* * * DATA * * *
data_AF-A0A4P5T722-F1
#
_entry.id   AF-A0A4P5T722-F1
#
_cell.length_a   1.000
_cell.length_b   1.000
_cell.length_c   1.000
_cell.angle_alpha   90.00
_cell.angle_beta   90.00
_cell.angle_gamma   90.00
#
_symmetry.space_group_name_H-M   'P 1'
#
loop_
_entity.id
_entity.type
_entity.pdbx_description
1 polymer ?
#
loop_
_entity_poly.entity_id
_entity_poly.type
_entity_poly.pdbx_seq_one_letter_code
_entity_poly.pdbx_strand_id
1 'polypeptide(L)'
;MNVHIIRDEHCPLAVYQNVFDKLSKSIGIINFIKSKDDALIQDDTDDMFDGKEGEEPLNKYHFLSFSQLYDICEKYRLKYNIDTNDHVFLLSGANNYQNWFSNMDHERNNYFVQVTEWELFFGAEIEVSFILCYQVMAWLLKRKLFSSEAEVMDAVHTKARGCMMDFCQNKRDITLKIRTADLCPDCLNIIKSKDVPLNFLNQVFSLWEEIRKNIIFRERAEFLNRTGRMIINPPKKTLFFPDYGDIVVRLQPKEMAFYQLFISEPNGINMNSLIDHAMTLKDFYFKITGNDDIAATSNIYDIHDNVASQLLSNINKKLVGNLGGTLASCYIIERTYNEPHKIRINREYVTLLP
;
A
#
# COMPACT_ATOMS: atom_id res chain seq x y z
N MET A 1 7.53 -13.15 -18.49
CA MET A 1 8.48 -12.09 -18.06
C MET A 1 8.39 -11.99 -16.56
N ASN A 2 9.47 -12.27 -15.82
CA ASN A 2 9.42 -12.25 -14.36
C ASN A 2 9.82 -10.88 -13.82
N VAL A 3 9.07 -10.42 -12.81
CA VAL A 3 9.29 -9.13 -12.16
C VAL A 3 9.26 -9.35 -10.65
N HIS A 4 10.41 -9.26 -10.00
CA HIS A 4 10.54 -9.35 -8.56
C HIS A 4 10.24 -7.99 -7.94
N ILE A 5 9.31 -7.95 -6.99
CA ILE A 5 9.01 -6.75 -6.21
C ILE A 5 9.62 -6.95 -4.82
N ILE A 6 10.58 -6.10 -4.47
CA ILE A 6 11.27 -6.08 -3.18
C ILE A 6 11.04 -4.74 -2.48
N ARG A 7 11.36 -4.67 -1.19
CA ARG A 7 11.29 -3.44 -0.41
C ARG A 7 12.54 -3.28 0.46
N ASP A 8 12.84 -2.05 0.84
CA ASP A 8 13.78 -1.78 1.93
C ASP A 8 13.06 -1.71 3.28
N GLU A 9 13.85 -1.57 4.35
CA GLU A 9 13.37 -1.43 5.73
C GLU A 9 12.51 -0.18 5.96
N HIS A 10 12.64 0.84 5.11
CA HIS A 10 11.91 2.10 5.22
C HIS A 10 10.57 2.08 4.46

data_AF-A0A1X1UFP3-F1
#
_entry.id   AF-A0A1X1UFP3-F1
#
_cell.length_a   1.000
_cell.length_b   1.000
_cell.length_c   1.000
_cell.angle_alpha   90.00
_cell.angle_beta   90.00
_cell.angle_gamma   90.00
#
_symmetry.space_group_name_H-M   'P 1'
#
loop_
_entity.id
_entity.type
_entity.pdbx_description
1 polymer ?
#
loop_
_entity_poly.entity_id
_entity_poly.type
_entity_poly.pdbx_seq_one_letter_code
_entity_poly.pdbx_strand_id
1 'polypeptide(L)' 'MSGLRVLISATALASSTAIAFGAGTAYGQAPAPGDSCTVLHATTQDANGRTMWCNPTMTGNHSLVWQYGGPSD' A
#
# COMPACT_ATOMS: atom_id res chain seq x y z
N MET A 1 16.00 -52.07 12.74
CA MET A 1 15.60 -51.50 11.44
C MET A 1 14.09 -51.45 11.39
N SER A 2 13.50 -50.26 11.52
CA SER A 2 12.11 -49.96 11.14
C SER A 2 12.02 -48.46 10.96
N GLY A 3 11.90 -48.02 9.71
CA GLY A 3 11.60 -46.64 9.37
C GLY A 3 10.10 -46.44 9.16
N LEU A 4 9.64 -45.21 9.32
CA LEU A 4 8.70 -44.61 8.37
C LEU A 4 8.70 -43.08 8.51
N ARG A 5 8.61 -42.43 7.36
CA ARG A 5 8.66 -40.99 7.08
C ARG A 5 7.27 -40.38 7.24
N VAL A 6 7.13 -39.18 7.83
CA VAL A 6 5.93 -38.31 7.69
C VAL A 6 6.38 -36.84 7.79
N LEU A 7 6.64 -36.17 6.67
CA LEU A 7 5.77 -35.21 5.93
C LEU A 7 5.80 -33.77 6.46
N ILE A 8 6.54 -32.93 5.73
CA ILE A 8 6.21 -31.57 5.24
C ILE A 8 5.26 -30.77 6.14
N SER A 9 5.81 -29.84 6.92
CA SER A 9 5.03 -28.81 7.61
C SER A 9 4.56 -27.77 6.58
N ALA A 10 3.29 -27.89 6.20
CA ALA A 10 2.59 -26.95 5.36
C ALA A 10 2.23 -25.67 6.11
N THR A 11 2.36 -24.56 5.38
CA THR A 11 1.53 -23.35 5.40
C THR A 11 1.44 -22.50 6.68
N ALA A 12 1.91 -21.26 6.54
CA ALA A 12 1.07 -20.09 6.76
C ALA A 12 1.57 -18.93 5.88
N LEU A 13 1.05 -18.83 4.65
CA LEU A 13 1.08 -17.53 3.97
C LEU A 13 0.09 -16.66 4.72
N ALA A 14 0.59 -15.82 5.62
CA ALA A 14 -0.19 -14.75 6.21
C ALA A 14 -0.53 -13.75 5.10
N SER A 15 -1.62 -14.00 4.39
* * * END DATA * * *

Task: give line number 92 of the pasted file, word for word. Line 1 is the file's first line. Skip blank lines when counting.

CA SER A 2 12.11 -49.96 11.14